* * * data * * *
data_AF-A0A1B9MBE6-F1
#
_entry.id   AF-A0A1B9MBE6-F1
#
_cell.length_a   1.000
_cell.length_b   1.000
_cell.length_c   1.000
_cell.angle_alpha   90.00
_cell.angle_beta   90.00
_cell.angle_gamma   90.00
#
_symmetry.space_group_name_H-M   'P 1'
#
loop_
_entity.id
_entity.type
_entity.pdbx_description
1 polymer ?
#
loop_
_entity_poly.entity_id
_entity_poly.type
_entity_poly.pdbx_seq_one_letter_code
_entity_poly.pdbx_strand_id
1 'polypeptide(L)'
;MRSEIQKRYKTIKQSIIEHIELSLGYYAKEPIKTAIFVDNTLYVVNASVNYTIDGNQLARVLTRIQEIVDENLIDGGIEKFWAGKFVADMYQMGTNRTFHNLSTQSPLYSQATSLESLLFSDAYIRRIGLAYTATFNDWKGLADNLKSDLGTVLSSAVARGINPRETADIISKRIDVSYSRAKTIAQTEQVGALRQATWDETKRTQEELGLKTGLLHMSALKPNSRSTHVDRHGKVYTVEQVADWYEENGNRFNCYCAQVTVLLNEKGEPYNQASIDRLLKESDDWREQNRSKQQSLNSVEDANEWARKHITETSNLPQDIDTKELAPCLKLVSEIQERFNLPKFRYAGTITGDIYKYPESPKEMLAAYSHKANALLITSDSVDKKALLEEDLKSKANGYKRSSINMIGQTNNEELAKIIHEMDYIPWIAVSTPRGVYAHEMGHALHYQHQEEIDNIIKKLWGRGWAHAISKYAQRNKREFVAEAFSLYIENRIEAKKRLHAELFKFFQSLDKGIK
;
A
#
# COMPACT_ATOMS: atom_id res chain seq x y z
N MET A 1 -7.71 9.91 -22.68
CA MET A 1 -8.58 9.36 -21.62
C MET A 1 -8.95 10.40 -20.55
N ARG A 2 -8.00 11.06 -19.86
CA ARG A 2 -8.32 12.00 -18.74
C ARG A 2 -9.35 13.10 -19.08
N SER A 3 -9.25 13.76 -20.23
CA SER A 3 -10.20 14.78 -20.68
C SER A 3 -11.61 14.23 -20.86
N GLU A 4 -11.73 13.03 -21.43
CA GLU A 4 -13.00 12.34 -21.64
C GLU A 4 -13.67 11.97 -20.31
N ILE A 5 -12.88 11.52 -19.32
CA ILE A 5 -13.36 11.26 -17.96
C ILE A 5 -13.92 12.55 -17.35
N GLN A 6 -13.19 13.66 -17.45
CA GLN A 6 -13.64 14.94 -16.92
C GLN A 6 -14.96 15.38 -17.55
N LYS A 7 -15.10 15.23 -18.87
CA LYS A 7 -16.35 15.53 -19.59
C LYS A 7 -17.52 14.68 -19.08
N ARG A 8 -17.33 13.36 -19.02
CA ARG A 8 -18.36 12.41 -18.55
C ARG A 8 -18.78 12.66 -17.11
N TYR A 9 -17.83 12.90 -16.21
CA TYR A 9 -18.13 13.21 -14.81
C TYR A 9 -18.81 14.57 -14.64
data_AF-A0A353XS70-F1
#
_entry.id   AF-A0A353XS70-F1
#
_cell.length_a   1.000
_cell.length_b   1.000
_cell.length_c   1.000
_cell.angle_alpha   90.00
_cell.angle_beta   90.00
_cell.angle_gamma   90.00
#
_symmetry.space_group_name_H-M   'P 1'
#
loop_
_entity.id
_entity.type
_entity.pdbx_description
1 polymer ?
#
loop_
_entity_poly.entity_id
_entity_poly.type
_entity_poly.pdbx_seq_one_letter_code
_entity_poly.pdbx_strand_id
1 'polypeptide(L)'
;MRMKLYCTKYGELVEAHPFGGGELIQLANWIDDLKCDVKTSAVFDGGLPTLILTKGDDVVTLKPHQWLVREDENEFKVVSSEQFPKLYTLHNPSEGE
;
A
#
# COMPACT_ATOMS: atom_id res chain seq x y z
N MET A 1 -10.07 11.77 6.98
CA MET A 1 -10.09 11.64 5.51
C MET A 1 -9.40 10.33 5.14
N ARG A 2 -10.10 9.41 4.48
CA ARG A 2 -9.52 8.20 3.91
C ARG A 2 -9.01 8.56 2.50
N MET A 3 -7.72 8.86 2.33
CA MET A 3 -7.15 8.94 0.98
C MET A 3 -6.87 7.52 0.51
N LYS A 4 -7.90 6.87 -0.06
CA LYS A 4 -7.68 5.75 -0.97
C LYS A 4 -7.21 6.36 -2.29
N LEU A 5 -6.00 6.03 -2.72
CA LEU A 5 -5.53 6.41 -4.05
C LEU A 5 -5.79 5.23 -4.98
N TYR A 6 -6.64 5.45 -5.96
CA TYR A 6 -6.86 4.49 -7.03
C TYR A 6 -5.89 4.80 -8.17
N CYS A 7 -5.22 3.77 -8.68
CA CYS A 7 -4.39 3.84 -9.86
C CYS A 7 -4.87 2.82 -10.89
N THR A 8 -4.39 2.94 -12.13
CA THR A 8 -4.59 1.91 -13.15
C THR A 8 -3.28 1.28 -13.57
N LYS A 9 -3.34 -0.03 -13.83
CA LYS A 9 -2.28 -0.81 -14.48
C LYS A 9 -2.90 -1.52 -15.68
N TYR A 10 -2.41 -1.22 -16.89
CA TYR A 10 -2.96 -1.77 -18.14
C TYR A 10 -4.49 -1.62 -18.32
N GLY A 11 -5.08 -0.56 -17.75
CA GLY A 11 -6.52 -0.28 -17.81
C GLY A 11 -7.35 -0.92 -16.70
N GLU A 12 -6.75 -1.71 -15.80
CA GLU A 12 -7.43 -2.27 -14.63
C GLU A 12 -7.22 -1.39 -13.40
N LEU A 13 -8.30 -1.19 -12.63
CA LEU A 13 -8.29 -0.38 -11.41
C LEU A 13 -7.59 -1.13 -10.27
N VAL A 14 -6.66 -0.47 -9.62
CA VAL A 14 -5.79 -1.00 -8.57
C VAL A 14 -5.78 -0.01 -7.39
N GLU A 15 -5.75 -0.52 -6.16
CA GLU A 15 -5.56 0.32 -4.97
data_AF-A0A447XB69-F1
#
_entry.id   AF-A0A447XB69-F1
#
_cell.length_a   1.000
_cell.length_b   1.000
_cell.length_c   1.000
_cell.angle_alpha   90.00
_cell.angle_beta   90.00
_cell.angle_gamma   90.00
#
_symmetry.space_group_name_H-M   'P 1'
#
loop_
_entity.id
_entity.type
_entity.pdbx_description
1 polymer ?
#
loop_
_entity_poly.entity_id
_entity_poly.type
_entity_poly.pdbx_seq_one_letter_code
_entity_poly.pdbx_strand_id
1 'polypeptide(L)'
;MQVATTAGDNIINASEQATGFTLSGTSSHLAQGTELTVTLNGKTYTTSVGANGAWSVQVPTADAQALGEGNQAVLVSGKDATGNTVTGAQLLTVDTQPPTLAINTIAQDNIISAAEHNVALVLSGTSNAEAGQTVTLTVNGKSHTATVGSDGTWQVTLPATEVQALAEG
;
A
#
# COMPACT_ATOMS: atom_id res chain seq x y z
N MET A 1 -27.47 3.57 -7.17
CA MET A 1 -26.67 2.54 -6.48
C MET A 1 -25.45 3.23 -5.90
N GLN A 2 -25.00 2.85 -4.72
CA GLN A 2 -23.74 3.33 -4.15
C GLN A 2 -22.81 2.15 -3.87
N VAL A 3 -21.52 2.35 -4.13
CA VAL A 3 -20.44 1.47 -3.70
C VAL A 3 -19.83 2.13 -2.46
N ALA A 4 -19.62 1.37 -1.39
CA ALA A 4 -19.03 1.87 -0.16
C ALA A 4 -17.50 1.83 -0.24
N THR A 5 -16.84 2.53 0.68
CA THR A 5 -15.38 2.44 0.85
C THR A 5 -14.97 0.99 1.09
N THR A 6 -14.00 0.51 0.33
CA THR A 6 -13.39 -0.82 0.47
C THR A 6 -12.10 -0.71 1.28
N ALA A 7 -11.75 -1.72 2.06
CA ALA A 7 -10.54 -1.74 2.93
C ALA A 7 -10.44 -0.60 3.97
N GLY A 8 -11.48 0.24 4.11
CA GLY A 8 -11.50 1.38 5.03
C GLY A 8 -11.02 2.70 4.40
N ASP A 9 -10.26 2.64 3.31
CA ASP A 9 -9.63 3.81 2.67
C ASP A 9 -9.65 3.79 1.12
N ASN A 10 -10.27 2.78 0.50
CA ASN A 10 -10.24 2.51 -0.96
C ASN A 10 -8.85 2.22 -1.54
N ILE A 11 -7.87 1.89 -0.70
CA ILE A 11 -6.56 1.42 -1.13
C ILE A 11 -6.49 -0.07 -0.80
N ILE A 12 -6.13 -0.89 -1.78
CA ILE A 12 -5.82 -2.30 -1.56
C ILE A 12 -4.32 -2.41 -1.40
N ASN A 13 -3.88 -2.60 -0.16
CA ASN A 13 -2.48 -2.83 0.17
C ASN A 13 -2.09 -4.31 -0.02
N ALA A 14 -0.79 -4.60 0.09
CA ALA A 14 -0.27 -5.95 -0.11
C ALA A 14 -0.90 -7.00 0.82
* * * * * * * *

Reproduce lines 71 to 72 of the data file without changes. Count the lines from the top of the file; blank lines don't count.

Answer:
loop_
_entity.id